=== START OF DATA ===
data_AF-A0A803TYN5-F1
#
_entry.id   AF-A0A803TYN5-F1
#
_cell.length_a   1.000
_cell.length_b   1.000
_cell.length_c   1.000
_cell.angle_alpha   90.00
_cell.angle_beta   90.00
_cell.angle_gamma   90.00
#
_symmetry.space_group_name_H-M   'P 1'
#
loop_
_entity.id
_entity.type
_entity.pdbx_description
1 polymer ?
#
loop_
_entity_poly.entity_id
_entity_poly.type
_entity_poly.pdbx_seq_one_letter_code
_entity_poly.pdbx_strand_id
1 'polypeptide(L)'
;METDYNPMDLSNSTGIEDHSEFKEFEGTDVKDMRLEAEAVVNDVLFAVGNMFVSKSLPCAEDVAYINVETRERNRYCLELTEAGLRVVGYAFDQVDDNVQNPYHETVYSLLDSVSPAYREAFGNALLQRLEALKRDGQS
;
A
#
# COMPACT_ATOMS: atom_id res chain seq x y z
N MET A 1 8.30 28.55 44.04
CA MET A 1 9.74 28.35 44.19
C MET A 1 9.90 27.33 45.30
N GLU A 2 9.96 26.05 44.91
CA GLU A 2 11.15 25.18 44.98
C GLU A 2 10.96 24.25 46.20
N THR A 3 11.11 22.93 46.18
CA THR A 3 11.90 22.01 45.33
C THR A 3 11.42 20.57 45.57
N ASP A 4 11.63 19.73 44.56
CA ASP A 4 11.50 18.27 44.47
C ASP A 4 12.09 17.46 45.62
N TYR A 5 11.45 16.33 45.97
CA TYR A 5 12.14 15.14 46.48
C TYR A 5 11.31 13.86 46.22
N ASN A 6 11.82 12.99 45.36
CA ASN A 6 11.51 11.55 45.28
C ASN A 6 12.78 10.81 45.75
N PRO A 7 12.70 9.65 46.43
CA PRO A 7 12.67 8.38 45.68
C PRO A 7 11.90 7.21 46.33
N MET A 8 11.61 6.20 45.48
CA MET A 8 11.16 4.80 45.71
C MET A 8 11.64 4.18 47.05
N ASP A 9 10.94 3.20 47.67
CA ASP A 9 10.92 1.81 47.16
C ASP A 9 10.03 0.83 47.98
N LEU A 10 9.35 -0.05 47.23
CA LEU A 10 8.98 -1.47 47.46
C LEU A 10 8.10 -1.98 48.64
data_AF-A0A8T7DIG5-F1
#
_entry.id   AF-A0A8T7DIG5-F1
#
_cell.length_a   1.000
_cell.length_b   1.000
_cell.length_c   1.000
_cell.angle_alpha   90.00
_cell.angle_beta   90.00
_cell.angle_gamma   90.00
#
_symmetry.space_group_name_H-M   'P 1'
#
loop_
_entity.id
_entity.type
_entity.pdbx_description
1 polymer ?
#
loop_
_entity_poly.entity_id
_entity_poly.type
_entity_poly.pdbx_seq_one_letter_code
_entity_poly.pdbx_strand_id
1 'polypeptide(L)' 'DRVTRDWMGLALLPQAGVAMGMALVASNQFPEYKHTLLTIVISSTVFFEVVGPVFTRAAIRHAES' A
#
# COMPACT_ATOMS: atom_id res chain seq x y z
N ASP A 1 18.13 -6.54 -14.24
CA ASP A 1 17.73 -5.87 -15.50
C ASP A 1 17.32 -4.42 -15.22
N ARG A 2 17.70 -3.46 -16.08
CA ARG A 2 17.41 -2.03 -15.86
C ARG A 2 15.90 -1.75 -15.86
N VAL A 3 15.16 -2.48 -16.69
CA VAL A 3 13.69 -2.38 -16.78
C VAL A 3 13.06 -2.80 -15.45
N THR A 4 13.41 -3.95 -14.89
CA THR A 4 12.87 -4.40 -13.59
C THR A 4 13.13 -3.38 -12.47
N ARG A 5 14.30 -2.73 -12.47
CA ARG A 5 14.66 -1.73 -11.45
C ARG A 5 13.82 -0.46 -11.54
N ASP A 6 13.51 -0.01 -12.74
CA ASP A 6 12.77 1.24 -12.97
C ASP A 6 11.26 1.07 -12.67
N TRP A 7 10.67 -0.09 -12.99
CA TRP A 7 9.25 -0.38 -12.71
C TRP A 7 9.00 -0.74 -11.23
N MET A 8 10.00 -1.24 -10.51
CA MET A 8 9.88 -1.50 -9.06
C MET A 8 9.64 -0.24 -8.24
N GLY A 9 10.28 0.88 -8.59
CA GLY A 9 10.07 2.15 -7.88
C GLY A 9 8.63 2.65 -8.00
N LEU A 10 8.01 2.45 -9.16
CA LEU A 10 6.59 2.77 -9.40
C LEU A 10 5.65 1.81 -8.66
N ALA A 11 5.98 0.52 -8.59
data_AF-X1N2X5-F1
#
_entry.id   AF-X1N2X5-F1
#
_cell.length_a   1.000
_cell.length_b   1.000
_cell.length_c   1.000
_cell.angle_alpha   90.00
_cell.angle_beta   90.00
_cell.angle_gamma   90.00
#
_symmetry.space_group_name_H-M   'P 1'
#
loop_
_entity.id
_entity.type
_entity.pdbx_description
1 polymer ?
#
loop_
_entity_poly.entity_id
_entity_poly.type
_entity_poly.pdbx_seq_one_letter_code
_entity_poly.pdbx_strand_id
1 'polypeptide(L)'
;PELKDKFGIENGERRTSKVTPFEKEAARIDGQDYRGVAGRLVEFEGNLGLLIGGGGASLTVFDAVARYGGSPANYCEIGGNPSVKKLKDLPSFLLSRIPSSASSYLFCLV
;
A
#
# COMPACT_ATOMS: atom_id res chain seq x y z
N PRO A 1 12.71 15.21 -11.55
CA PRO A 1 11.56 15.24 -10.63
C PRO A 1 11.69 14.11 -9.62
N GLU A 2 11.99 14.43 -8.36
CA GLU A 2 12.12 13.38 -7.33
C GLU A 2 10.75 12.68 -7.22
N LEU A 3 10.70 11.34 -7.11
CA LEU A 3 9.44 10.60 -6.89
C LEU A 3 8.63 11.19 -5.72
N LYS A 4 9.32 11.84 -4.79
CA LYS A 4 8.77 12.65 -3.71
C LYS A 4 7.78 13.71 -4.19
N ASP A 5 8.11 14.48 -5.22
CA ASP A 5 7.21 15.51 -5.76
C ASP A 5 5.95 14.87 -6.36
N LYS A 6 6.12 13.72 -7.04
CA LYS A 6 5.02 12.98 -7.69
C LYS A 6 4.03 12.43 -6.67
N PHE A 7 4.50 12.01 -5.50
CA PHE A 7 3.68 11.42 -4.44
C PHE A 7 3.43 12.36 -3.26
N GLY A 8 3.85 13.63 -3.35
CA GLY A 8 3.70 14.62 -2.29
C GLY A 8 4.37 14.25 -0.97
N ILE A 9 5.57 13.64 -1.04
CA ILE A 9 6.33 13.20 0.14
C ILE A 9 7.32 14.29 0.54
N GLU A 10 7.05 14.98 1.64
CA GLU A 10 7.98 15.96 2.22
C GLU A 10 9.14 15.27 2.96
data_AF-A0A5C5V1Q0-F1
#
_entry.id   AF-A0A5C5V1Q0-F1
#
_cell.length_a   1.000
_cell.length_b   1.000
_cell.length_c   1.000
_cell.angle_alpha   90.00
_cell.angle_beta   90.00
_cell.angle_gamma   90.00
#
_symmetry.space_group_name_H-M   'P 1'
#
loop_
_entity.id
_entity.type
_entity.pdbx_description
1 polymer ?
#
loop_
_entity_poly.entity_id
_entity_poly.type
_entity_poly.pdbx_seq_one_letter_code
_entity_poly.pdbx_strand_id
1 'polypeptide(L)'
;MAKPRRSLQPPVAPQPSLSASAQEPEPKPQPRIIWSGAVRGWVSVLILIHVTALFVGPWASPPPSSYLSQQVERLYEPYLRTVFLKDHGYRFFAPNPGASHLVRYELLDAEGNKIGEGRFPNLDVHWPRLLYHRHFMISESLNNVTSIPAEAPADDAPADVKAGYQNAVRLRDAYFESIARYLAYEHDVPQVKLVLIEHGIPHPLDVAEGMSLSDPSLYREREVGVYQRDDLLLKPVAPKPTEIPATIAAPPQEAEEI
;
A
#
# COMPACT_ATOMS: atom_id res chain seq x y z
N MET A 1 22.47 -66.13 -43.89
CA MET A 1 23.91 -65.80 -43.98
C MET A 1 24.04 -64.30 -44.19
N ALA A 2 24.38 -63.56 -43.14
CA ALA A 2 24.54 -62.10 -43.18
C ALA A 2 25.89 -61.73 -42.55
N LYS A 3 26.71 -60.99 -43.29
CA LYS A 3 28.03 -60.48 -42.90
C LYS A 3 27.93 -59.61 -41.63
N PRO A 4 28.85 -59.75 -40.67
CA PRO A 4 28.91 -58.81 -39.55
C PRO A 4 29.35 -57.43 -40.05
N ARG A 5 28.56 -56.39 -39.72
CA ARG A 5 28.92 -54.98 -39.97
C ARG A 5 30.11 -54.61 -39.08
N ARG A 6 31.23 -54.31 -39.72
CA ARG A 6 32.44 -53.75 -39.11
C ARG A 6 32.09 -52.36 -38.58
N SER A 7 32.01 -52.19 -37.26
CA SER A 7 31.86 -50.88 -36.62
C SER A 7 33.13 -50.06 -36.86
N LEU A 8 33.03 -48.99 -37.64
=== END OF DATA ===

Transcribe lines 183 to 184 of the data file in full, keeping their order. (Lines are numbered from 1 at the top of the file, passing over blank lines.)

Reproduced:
_cell.length_a   1.000
_cell.length_b   1.000